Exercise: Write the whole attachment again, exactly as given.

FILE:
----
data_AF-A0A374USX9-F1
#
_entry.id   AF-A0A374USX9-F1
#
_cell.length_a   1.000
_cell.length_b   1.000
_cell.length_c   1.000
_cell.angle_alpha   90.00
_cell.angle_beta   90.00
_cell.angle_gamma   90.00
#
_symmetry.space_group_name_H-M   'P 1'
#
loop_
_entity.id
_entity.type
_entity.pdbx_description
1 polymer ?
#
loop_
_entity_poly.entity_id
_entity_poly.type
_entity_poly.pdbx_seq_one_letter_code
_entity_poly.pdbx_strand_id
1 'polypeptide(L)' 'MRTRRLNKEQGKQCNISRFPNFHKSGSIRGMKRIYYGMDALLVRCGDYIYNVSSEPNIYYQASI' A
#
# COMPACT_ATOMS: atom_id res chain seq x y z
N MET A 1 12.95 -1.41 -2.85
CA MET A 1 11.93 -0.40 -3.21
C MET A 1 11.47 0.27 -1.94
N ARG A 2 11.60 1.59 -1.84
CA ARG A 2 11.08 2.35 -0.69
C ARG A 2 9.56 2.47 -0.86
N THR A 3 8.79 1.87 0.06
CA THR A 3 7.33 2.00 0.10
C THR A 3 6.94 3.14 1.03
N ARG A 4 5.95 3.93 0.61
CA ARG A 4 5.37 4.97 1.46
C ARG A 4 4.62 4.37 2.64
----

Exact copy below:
data_AF-A0A374USX9-F1
#
_entry.id   AF-A0A374USX9-F1
#
_cell.length_a   1.000
_cell.length_b   1.000
_cell.length_c   1.000
_cell.angle_alpha   90.00
_cell.angle_beta   90.00
_cell.angle_gamma   90.00
#
_symmetry.space_group_name_H-M   'P 1'
#
loop_
_entity.id
_entity.type
_entity.pdbx_description
1 polymer ?
#
loop_
_entity_poly.entity_id
_entity_poly.type
_entity_poly.pdbx_seq_one_letter_code
_entity_poly.pdbx_strand_id
1 'polypeptide(L)' 'MRTRRLNKEQGKQCNISRFPNFHKSGSIRGMKRIYYGMDALLVRCGDYIYNVSSEPNIYYQASI' A
#
# COMPACT_ATOMS: atom_id res chain seq x y z
N MET A 1 12.95 -1.41 -2.85
CA MET A 1 11.93 -0.40 -3.21
C MET A 1 11.47 0.27 -1.94
N ARG A 2 11.60 1.59 -1.84
CA ARG A 2 11.08 2.35 -0.69
C ARG A 2 9.56 2.47 -0.86
N THR A 3 8.79 1.87 0.06
CA THR A 3 7.33 2.00 0.10
C THR A 3 6.94 3.14 1.03
N ARG A 4 5.95 3.93 0.61
CA ARG A 4 5.37 4.97 1.46
C ARG A 4 4.62 4.37 2.64